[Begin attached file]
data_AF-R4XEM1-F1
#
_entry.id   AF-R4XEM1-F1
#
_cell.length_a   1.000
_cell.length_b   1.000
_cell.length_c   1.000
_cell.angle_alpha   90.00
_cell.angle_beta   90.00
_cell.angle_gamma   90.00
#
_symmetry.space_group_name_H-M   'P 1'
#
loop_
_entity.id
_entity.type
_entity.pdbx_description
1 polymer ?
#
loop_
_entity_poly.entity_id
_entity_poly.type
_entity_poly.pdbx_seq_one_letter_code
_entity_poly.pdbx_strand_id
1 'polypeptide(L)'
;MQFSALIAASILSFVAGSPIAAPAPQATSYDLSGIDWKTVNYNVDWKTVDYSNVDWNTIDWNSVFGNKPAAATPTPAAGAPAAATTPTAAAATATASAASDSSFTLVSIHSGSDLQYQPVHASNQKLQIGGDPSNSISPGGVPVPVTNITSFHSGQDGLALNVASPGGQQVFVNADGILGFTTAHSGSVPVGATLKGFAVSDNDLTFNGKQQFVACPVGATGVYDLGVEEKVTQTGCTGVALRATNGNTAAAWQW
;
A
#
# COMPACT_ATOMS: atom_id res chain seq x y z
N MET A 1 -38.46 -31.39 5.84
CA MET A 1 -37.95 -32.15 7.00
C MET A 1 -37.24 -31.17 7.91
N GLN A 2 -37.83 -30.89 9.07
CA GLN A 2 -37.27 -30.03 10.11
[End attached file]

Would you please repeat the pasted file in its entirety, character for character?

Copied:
data_AF-R4XEM1-F1
#
_entry.id   AF-R4XEM1-F1
#
_cell.length_a   1.000
_cell.length_b   1.000
_cell.length_c   1.000
_cell.angle_alpha   90.00
_cell.angle_beta   90.00
_cell.angle_gamma   90.00
#
_symmetry.space_group_name_H-M   'P 1'
#
loop_
_entity.id
_entity.type
_entity.pdbx_description
1 polymer ?
#
loop_
_entity_poly.entity_id
_entity_poly.type
_entity_poly.pdbx_seq_one_letter_code
_entity_poly.pdbx_strand_id
1 'polypeptide(L)'
;MQFSALIAASILSFVAGSPIAAPAPQATSYDLSGIDWKTVNYNVDWKTVDYSNVDWNTIDWNSVFGNKPAAATPTPAAGAPAAATTPTAAAATATASAASDSSFTLVSIHSGSDLQYQPVHASNQKLQIGGDPSNSISPGGVPVPVTNITSFHSGQDGLALNVASPGGQQVFVNADGILGFTTAHSGSVPVGATLKGFAVSDNDLTFNGKQQFVACPVGATGVYDLGVEEKVTQTGCTGVALRATNGNTAAAWQW
;
A
#
# COMPACT_ATOMS: atom_id res chain seq x y z
N MET A 1 -38.46 -31.39 5.84
CA MET A 1 -37.95 -32.15 7.00
C MET A 1 -37.24 -31.17 7.91
N GLN A 2 -37.83 -30.89 9.07
CA GLN A 2 -37.27 -30.03 10.11